A bill that would allow peace officers and retired police officers to teach street or highway driving instruction portion of driver’s ed without authorization by the Board of Education examiners was signed off on in subcommittee by two Republican Senators, but both acknowledge the bill needs a lot of work.

“This isn’t as simple as I thought it might be,” concluded Sen. Ken Rozenboom at the end of the meeting. “My position on this is, that while it needs some work, I’d like to move it forward and recommend moving forward with the amendment. I believe I have an interest in furthering Sen. (Charles) Schneider’s wishes in presenting this bill, recognizing some work that has to be done.”

An amendment was discussed as well that would have required the peace officer or retired peace officer to hold a teacher’s substitute license. Officers also could not be involved in a motor vehicle accident causing death or serious injury or two accidents in the last two years.

Senator Johnson hoped that amendment would cure what ailed the bill in previous years.

“I view the amendment, I think it answers the questions we had last year and concerns,” he said. “I think now, finally at the point with the amendment strikethrough, after that should satisfy everybody’s concerns.”

That amendment, though, caused far more problems than solutions.

“I think you mean substitute authorization,” said Ann Lebo, executive director of the Board of Education Examiners. “A substitute license is for someone who has been a teacher.”

Lebo said the board would like to keep the instructors under their ethics umbrella.

Discussion ensued about the difference between a license and an authorization. An authorization requires a degree and training. They must also take so many credits during a five-year stretch in order to renew.

A license requires someone have taught in the past and substitute so many days in that five-year span.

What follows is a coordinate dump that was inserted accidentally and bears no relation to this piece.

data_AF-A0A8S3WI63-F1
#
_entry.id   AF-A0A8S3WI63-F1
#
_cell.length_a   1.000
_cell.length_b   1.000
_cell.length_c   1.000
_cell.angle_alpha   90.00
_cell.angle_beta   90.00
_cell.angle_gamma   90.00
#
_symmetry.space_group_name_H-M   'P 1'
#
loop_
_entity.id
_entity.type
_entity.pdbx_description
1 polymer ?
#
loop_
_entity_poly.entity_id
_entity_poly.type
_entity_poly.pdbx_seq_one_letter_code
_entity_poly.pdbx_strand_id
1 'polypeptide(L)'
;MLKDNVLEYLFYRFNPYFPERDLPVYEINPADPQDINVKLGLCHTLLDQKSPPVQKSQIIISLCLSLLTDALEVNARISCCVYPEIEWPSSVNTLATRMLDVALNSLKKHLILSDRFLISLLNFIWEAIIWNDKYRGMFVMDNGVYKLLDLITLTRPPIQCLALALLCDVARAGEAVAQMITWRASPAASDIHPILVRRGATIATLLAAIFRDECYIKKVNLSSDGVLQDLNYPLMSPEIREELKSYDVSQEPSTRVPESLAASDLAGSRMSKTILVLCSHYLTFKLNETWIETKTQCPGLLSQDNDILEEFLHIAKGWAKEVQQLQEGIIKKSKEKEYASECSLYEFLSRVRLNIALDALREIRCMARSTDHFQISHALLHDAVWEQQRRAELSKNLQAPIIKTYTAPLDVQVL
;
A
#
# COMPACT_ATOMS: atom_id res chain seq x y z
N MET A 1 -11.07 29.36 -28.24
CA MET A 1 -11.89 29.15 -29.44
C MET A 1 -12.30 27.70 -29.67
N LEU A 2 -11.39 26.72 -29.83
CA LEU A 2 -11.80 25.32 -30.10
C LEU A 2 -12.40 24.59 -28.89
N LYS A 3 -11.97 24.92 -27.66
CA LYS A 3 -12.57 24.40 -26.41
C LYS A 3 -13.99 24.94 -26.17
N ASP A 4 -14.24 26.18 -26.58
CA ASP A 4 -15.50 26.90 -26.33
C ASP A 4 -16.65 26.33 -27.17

Mary Braun of the Board of Regents said UNI is one of two universities in the state that provides coursework for a driver’s ed endorsement. The endorsement allows both in class and in car instruction.

Bradley Hudson of the Iowa State Education Association said his group was monitoring the bill, but would move to oppose with the amendment.

“We actually think what we learn in these courses (in the classroom) is of value,” Hudson said. “We would even have a problem with the way it’s drafted. A person with a substitute license could do this. Once again, you can hire somebody who did not have the background in this area.

“The other issue with classroom time, it’s with 30-50 students. When you get authorization in a school setting, there’s a principal and others around you. In this setting they’re in rented space in Waukee or Adel and there is no one supervising that person with their substitute authorization. The bill is drafted fine, but we would have great reservations about the amendment.”

Suggested language to move from being involved in an accident to being at fault in accidents.

It all added up to a subcommittee that left more questions than answers.

“I didn’t sign it last year, I will sign for you this year,” Sen. Johnson said. “But with reservations now with all the noted — we’ve got some work to do. To move it out of here, there’s going to be a time crunch now. We’re going to find out who wants this bad enough.”

Democrat Sen. Zach Wahls declined to sign. He struggled to understand what the bill did at the beginning of the meeting and with all the conversation, it’s unlikely it was any more clear afterward.

“I still don’t feel like I fully understand the strikethrough amendment,” he said. “It feels a little bit like a solution in search of a problem.”